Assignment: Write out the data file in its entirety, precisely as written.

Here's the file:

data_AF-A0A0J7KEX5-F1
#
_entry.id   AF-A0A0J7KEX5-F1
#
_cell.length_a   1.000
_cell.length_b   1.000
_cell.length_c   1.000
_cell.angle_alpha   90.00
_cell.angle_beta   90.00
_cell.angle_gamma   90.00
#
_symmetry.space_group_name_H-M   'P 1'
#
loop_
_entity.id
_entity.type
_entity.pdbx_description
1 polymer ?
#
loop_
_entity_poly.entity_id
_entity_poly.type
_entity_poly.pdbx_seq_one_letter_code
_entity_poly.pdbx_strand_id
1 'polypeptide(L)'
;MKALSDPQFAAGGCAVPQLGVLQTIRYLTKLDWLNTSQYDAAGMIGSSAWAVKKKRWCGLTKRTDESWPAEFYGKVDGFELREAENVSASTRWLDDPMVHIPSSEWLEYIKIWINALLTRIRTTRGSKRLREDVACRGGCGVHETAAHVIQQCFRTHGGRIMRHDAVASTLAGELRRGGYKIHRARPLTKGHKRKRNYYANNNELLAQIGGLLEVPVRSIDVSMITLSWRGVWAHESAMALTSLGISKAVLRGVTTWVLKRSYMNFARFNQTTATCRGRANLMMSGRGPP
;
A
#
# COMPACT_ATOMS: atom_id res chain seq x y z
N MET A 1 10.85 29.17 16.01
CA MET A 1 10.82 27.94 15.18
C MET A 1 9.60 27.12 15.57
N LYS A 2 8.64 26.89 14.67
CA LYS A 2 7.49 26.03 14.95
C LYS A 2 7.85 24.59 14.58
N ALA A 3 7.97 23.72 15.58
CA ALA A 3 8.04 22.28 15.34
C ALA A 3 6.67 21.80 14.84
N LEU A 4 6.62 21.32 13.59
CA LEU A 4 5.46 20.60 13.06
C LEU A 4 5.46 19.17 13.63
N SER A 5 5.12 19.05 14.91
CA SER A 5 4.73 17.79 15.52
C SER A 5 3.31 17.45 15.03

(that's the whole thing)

data_AF-A0A0J7KEX5-F1
#
_entry.id   AF-A0A0J7KEX5-F1
#
_cell.length_a   1.000
_cell.length_b   1.000
_cell.length_c   1.000
_cell.angle_alpha   90.00
_cell.angle_beta   90.00
_cell.angle_gamma   90.00
#
_symmetry.space_group_name_H-M   'P 1'
#
loop_
_entity.id
_entity.type
_entity.pdbx_description
1 polymer ?
#
loop_
_entity_poly.entity_id
_entity_poly.type
_entity_poly.pdbx_seq_one_letter_code
_entity_poly.pdbx_strand_id
1 'polypeptide(L)'
;MKALSDPQFAAGGCAVPQLGVLQTIRYLTKLDWLNTSQYDAAGMIGSSAWAVKKKRWCGLTKRTDESWPAEFYGKVDGFELREAENVSASTRWLDDPMVHIPSSEWLEYIKIWINALLTRIRTTRGSKRLREDVACRGGCGVHETAAHVIQQCFRTHGGRIMRHDAVASTLAGELRRGGYKIHRARPLTKGHKRKRNYYANNNELLAQIGGLLEVPVRSIDVSMITLSWRGVWAHESAMALTSLGISKAVLRGVTTWVLKRSYMNFARFNQTTATCRGRANLMMSGRGPP
;
A
#
# COMPACT_ATOMS: atom_id res chain seq x y z
N MET A 1 10.85 29.17 16.01
CA MET A 1 10.82 27.94 15.18
C MET A 1 9.60 27.12 15.57
N LYS A 2 8.64 26.89 14.67
CA LYS A 2 7.49 26.03 14.95
C LYS A 2 7.85 24.59 14.58
N ALA A 3 7.97 23.72 15.58
CA ALA A 3 8.04 22.28 15.34
C ALA A 3 6.67 21.80 14.84
N LEU A 4 6.62 21.32 13.59
CA LEU A 4 5.46 20.60 13.06
C LEU A 4 5.46 19.17 13.63
N SER A 5 5.12 19.05 14.91
CA SER A 5 4.73 17.79 15.52
C SER A 5 3.31 17.45 15.03